2) "gray area of instability . . ." Yup. The breath region between the 2 octaves is filled with dragons+demons. One of the tricks to whistling is hitting the right breath for any given note in either octave. You get used to it. You learn to trust your ears.

Do you play oboe ? I can't imagine any comparison between a double-reed instrument and a whistle. I'm guessing the double-reed takes *much* more pressure.

And, of course, I've found *huge* differences in breath requirements between different brands and keys, breath being both pressure and flow rate.

Good luck !

trill


Top
 Profile  
Reply with quote  
 
PostPosted: Wed Jan 09, 2019 1:09 pm 
Offline

Joined: Tue Jan 08, 2019 7:46 am
Posts: 14
fatmac wrote:
I find the Clarkes, both the C & D, to have a more mellow tone compared to the regular whistles such as the Gens & Feadog.

I would say that the Gen C is closer to the Bb in tone rather than the (shrillness of) the D.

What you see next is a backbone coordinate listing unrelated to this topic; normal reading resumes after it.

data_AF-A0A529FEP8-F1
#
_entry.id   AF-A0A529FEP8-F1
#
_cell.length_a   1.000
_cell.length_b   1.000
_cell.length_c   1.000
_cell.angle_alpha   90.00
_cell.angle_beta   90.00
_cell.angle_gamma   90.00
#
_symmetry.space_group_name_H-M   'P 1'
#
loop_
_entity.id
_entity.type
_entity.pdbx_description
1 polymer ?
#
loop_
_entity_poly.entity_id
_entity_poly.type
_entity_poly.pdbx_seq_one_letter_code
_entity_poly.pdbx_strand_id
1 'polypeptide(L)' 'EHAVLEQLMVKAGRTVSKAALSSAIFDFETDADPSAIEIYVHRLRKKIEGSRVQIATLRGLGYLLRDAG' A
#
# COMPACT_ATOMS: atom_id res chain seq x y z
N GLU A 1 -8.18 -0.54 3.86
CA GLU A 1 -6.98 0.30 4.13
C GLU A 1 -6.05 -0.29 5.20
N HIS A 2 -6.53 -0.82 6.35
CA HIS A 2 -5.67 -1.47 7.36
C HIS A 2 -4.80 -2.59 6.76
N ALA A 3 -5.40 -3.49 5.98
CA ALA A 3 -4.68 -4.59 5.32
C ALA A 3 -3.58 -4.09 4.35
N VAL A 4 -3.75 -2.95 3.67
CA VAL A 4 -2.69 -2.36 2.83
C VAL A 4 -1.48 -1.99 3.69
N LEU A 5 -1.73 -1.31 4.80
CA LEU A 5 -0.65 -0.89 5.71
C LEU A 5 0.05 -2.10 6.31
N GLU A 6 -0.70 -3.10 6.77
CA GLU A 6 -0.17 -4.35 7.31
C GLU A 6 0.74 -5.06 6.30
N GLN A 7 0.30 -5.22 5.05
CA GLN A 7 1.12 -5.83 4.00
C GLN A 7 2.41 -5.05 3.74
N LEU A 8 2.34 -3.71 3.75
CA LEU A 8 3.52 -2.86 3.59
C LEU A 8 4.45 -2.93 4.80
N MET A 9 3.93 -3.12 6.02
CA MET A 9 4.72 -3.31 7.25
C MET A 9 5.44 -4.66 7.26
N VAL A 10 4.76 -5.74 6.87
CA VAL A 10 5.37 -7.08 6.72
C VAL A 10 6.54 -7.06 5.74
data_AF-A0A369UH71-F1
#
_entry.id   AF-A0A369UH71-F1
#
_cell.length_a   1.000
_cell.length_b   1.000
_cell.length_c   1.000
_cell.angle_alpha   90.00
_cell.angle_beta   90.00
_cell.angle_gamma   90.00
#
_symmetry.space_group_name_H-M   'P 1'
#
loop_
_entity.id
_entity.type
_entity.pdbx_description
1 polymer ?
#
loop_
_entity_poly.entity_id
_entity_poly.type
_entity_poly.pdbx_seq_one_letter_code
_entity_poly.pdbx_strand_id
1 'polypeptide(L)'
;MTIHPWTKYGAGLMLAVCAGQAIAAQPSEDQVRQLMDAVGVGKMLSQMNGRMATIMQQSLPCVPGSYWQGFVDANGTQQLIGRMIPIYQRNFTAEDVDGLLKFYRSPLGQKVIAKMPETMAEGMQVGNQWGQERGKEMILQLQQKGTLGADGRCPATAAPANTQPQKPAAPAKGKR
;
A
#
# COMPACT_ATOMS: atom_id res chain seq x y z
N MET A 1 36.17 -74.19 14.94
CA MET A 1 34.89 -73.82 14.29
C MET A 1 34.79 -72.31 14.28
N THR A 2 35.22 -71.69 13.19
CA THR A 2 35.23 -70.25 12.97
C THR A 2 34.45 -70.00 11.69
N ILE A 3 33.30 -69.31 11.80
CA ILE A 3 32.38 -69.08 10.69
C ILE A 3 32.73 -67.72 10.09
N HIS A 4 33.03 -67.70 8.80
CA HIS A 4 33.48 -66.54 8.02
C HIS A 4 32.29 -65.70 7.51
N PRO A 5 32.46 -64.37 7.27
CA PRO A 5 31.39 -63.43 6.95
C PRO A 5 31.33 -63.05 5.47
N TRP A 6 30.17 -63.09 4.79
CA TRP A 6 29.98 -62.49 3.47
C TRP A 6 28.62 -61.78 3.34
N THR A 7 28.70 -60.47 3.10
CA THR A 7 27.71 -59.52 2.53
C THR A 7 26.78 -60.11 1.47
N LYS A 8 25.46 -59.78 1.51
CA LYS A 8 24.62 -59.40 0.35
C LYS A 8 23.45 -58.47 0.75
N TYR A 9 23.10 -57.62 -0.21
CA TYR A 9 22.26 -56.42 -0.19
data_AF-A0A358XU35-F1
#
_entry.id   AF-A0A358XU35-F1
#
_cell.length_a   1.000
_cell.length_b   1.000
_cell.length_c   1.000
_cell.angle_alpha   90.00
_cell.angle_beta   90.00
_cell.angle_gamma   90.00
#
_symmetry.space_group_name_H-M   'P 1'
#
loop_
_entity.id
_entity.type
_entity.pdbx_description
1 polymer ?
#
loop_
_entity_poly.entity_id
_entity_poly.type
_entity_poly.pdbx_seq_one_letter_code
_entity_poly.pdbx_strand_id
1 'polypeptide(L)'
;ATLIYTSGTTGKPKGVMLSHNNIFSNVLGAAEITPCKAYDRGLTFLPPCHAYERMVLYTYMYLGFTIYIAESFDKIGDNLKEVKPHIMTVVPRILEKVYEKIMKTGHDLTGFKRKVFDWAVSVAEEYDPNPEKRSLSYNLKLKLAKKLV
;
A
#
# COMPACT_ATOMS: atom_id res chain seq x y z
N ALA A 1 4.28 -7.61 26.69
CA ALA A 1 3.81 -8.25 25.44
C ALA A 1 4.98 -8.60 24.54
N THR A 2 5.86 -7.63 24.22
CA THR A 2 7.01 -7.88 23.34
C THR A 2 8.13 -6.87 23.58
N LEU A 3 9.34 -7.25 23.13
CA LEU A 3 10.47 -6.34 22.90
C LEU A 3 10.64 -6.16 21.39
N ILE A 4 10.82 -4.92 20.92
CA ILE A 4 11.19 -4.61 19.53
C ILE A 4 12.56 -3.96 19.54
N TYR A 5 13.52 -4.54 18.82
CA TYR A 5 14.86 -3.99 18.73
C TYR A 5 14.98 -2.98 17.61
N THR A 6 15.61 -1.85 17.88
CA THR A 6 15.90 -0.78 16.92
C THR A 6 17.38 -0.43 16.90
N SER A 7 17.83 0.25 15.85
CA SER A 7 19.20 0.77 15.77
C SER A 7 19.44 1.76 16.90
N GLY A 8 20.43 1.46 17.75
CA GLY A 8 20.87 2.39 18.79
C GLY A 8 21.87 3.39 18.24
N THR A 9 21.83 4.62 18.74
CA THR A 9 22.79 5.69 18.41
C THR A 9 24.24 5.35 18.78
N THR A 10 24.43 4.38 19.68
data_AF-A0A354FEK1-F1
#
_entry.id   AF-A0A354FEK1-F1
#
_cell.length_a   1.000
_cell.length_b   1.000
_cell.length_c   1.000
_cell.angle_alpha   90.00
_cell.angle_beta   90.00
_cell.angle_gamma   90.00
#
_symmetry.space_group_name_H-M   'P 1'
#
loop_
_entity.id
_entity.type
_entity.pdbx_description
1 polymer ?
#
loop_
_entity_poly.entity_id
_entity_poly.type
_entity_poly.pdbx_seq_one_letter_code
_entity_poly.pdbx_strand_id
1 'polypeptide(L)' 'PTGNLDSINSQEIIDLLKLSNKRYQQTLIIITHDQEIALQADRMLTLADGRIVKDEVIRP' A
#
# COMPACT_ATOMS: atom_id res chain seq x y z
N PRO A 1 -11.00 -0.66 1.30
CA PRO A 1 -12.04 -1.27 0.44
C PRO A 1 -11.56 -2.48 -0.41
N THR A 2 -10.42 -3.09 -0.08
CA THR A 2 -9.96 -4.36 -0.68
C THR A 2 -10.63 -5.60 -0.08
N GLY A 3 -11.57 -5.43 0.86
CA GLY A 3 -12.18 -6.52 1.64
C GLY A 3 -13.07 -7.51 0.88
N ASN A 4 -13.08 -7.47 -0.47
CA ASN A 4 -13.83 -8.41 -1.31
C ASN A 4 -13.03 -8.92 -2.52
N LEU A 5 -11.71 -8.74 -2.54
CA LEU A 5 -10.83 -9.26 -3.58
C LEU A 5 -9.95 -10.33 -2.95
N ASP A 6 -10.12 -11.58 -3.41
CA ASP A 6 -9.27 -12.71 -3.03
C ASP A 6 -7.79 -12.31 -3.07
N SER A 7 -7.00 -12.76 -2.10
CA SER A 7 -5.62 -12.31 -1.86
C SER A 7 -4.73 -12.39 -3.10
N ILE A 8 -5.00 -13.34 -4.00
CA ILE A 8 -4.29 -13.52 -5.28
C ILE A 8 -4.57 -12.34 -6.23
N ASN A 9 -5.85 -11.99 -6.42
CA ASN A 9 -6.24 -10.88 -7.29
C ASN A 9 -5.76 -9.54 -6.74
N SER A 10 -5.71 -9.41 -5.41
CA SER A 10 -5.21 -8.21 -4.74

I quite like my Gens in C, both brass & nickel, as well as the Clarkes - but then I do have a preference for the lower keyed whistles generally.


Then a Sweetone C should be a nice compromise. I think we share the same likes. :thumbsup:

BTW, I just taped all the holes and I m experimenting with that problematic lowest note. It definitely doesn't behave anything like in the Sweetone.
The note only stabilizes after enough air pressur and even then I wouldn't consider it clear.
If I upload a recording playing that single note with increasing/decreasing air is it possible that someone can tell me if it's just me or the whistle is indeed faulty?

EDIT: trill, you posted while I was writing this and you 've suggested exactly what I decided to do on my own (all taped). At least, I m thinking right even if not playing right. No, I don't play the oboe. I 've tried one once. I only play keyboards, sort of. After many years my life has changed and I want to buy again descent keyboard to return to it, but till my finances allow it, I picked up the whistle as a cheaper alternative and easier than a recorder.